Expereal (Apple iOS)
    Another mood tracker. Helps see how your emotional life “trends” over time.

    3D Brain (Apple iOS, Android)
    3D interactive brain structures with information about function, neurological disorders. Useful for those who are interested in the brain.

    Relax Meditations (Apple iOS, Android)
    Select sounds and melodies that you like and combine them to create a mix. Add a meditation, lay back, listen, and enjoy falling asleep. It’s that simple and it works. Use timers and alarms if needed. Try different and new mixes every time!
    Mindfulness for Children (Apple iOS, Android)
    Mindfulness for Children provides relaxing sounds of nature to help children calm down and improve focus/concentration. With descriptions and terms aimed at children, users are taken through body scans, visualizations and breathing exercises.

    Booster Buddy (Android)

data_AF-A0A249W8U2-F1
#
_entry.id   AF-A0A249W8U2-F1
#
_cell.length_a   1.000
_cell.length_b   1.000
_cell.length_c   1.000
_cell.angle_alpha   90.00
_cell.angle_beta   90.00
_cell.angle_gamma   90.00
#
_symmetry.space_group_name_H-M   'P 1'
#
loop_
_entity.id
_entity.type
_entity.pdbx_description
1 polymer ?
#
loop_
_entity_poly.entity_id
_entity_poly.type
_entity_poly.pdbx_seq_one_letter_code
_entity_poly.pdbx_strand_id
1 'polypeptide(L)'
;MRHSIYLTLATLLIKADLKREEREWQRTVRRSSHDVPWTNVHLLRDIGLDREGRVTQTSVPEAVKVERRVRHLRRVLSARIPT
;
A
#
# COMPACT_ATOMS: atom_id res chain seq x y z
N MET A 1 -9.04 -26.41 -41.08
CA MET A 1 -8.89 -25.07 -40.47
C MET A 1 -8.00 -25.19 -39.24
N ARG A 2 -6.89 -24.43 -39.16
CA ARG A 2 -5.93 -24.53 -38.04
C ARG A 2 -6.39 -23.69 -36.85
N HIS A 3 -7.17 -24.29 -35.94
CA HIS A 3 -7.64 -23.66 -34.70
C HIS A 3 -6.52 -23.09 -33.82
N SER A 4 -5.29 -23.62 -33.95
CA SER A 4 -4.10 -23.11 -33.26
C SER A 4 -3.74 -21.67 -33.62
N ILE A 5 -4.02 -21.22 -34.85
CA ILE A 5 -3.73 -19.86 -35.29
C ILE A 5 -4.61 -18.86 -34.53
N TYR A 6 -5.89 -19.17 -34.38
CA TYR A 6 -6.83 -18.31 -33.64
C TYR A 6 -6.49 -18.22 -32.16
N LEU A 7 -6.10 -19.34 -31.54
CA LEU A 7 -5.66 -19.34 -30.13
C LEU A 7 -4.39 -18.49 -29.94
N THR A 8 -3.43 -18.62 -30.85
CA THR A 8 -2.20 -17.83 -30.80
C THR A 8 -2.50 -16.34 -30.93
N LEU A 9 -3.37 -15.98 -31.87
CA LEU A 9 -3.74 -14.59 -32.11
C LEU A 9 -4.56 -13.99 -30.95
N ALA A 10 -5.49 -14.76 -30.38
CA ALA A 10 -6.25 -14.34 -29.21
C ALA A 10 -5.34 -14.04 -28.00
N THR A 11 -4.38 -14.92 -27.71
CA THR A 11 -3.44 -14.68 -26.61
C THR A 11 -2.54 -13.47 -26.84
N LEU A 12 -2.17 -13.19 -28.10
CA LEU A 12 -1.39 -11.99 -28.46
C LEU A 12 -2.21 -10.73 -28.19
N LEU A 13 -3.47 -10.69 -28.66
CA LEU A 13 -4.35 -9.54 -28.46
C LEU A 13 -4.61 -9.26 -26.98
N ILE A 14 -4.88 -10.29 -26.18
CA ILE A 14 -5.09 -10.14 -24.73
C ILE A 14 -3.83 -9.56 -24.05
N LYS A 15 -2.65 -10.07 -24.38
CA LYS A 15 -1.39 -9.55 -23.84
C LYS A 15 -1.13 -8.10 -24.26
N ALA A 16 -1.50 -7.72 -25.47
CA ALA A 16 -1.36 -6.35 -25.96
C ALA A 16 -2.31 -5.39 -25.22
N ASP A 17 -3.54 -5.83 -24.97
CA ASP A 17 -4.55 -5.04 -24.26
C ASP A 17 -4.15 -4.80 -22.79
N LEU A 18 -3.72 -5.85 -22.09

Manage your personal wellness journey and earn achievements as your sidekick guides you through a series of daily quests designed to establish and sustain positive habits.

    Smiling Mind
    A meditation program working to make mindfulness meditation accessible to all. Developed by psychologists and educators in Australia.

    Stop, Breathe, & Think
    Meditation and Mindfulness app allows you to check in with how you are feeling and recommends short guided meditations, yoga, and acupressure videos.

    Stop, Breathe, & Think Kids (ages 5-10)
    Mindful games app; kids can check in to how they are feeling using emojis and try to recommend mindful missions tuned to those emojis.